So: David has probably consciously recognized similarities between his life and Lawrence's. His ego develops along lines similar to Lawrence's. He then heightens the similarity even further by deliberately aping O'Toole's depiction of Lawrence. To David, Lawrence is both a mentor and a mirror.

Was David's hair a different color in the very beginning? Did he color it to look like Lawrence?
post #666 of 689
The archeologists were boneheads and not believable as experts of any kind. The visuals were nice, but overall I found it to be a bit meh, though the Lawrence/David thing was amusing as someone that loved Lawrence of Arabia. I also didn't like Charlize Theron in it at all.
post #667 of 689
Quote:
Originally Posted by Reggs View Post

A good write up on how David relates to Lawrence.

http://www.huffingtonpost.com/quora/why-does-david-identify-h_b_1598998.html
Quote:
Lawrence of Arabia is a story about a man entering a world he doesn't understand, gaining the respect of its people, and learning to become like them. Lawrence doesn't really fit into any society -- he's as uncomfortable dealing with the British as he is alien among the Arabs. There's also a magical, heady quality to his depiction in the film. He's constantly surprising the people around him, knocking them off balance, and earning their praise and respect. He's an outsider who swoops into a problem and solves it with his wits and bizarre perspectives. Intelligence and inhuman endurance are two of Lawrence's great assets. He suffers great indignity, his value to history and to society is overlooked or lost, and he responds by nurturing a heightened opinion of his own importance.

I'm guessing that David empathizes with Lawrence and imagines or aspires to have Lawrence's positive qualities. He's intelligent and enduring in the way that Lawrence is. He's an outsider who can never really be accepted by his society. And, like Lawrence, he's arguably better than all the people who consider themselves superior to him: he's smarter, more resilient, and unafraid of death. He's constantly being put down by everyone he interacts with, and because of this "second-class-citizen" status, he probably imagines that his contributions to the mission are being tragically overlooked in the same way that Lawrence's legacy dwindled away. Like Lawrence, one of his greatest wishes is to have his magnificence recognized.

Most intriguing is David's soft, rhythmic repetition of Lawrence's famous line of advice: "The trick, William Potter, is not minding that it hurts." I think David watches this because he's studying Lawrence's brand of gallant showmanship. He knows he's superior; he wants to show it to everyone else. He wants to be praised. (And, in fact, there's an interview here where Fassbender talks about David's desire to be praised.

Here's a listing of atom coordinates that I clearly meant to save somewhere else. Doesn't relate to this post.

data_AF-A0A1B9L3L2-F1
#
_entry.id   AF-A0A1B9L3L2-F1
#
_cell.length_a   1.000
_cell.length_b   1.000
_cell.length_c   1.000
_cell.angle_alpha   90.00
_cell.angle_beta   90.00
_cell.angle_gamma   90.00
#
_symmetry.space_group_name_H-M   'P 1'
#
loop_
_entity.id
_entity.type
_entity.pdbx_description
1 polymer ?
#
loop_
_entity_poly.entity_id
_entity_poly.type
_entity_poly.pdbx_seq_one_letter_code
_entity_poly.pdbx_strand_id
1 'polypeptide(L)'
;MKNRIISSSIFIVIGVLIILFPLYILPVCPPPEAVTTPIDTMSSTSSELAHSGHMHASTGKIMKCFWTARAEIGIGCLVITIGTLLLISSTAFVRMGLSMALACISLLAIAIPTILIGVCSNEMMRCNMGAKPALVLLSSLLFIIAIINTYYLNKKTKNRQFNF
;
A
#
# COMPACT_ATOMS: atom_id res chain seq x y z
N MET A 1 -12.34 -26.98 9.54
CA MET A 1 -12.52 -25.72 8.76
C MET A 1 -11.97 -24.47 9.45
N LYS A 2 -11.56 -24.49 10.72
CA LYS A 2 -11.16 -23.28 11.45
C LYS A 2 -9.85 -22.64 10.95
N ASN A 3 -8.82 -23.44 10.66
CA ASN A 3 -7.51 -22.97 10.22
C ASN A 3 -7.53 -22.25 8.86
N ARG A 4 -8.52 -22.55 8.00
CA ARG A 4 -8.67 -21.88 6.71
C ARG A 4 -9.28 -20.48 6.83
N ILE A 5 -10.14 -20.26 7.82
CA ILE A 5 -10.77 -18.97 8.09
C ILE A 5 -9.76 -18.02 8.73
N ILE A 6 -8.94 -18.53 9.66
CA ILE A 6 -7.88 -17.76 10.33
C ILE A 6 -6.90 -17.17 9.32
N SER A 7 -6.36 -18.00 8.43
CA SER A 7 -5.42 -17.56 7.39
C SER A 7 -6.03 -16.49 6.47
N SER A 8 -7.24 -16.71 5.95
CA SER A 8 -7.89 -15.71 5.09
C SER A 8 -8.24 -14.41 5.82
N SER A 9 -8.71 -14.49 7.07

David gets his chance to swashbuckle like Peter O'Toole when Shaw is struck by the sandstorm: he leaps decisively out the side of the ship, saves Holloway, Shaw, and the head, gives them that cocky little "OK!" hand signal, and then reels them back in. His confident, eager body language shows how desperately he wants to show off. But he's not showered with praise afterward: everyone just ignores him.

David's final act before his injury also demonstrates his hunger to be praised. We don't really know what he says to the Engineer, but, like Lawrence, he suddenly bears the burden of a translator/communicator between two cultures. Finally, he's the focal point of the entire mission -- and the look of pure bliss on his face when the Engineer pats him on the head is heartbreaking, particularly since the Engineer's next act is to rip his head off. The culmination of all his work arrives, and he's not praised -- he's reduced to junk.

So: David has probably consciously recognized similarities between his life and Lawrence's. His ego develops along lines similar to Lawrence's. He then heightens the similarity even further by deliberately aping O'Toole's depiction of Lawrence. To David, Lawrence is both a mentor and a mirror.

Was David's hair a different color in the very beginning? Did he color it to look like Lawrence?

This is a very interesting exegesis, but it raises still another plot hole - if David is an android, why does he have any desires or feelings? If androids have feelings and desires, why do all the humans act as if androids might as well be toasters?